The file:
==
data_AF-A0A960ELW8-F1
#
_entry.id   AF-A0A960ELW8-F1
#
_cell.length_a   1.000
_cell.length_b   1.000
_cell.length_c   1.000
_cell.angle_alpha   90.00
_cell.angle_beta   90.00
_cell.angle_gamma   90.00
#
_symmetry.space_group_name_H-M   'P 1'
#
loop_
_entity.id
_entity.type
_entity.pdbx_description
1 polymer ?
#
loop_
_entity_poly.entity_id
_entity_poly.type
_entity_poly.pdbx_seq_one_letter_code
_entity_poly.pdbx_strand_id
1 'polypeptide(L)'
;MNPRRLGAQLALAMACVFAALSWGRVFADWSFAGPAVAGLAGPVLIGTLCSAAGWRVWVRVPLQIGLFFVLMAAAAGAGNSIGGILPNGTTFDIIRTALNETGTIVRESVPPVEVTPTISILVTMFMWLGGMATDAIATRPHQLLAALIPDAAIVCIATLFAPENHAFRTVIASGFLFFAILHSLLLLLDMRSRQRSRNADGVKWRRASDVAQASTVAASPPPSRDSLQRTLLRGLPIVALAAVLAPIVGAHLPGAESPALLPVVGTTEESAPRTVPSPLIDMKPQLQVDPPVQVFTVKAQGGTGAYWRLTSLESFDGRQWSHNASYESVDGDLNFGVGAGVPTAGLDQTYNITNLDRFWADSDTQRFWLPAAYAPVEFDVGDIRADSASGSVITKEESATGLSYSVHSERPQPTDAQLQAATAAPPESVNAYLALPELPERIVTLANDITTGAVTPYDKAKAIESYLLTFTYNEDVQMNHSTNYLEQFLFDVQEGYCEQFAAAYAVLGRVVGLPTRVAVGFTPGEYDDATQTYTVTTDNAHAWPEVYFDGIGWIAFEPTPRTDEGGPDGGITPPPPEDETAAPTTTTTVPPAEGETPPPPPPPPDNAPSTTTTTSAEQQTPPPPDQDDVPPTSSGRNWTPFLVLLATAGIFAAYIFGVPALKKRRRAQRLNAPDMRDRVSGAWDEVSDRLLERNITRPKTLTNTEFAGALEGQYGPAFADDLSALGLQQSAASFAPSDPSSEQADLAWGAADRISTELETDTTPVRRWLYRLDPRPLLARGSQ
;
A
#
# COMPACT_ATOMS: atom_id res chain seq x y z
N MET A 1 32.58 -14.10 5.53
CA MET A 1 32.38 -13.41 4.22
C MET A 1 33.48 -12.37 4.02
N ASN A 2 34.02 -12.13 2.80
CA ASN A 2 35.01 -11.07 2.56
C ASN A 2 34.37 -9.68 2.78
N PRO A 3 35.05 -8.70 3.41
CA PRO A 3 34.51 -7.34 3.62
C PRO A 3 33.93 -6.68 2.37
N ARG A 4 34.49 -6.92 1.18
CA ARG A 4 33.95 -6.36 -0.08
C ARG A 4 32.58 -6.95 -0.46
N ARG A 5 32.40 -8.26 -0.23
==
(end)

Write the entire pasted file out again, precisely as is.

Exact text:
data_AF-A0A960ELW8-F1
#
_entry.id   AF-A0A960ELW8-F1
#
_cell.length_a   1.000
_cell.length_b   1.000
_cell.length_c   1.000
_cell.angle_alpha   90.00
_cell.angle_beta   90.00
_cell.angle_gamma   90.00
#
_symmetry.space_group_name_H-M   'P 1'
#
loop_
_entity.id
_entity.type
_entity.pdbx_description
1 polymer ?
#
loop_
_entity_poly.entity_id
_entity_poly.type
_entity_poly.pdbx_seq_one_letter_code
_entity_poly.pdbx_strand_id
1 'polypeptide(L)'
;MNPRRLGAQLALAMACVFAALSWGRVFADWSFAGPAVAGLAGPVLIGTLCSAAGWRVWVRVPLQIGLFFVLMAAAAGAGNSIGGILPNGTTFDIIRTALNETGTIVRESVPPVEVTPTISILVTMFMWLGGMATDAIATRPHQLLAALIPDAAIVCIATLFAPENHAFRTVIASGFLFFAILHSLLLLLDMRSRQRSRNADGVKWRRASDVAQASTVAASPPPSRDSLQRTLLRGLPIVALAAVLAPIVGAHLPGAESPALLPVVGTTEESAPRTVPSPLIDMKPQLQVDPPVQVFTVKAQGGTGAYWRLTSLESFDGRQWSHNASYESVDGDLNFGVGAGVPTAGLDQTYNITNLDRFWADSDTQRFWLPAAYAPVEFDVGDIRADSASGSVITKEESATGLSYSVHSERPQPTDAQLQAATAAPPESVNAYLALPELPERIVTLANDITTGAVTPYDKAKAIESYLLTFTYNEDVQMNHSTNYLEQFLFDVQEGYCEQFAAAYAVLGRVVGLPTRVAVGFTPGEYDDATQTYTVTTDNAHAWPEVYFDGIGWIAFEPTPRTDEGGPDGGITPPPPEDETAAPTTTTTVPPAEGETPPPPPPPPDNAPSTTTTTSAEQQTPPPPDQDDVPPTSSGRNWTPFLVLLATAGIFAAYIFGVPALKKRRRAQRLNAPDMRDRVSGAWDEVSDRLLERNITRPKTLTNTEFAGALEGQYGPAFADDLSALGLQQSAASFAPSDPSSEQADLAWGAADRISTELETDTTPVRRWLYRLDPRPLLARGSQ
;
A
#
# COMPACT_ATOMS: atom_id res chain seq x y z
N MET A 1 32.58 -14.10 5.53
CA MET A 1 32.38 -13.41 4.22
C MET A 1 33.48 -12.37 4.02
N ASN A 2 34.02 -12.13 2.80
CA ASN A 2 35.01 -11.07 2.56
C ASN A 2 34.37 -9.68 2.78
N PRO A 3 35.05 -8.70 3.41
CA PRO A 3 34.51 -7.34 3.62
C PRO A 3 33.93 -6.68 2.37
N ARG A 4 34.49 -6.92 1.18
CA ARG A 4 33.95 -6.36 -0.08
C ARG A 4 32.58 -6.95 -0.46
N ARG A 5 32.40 -8.26 -0.23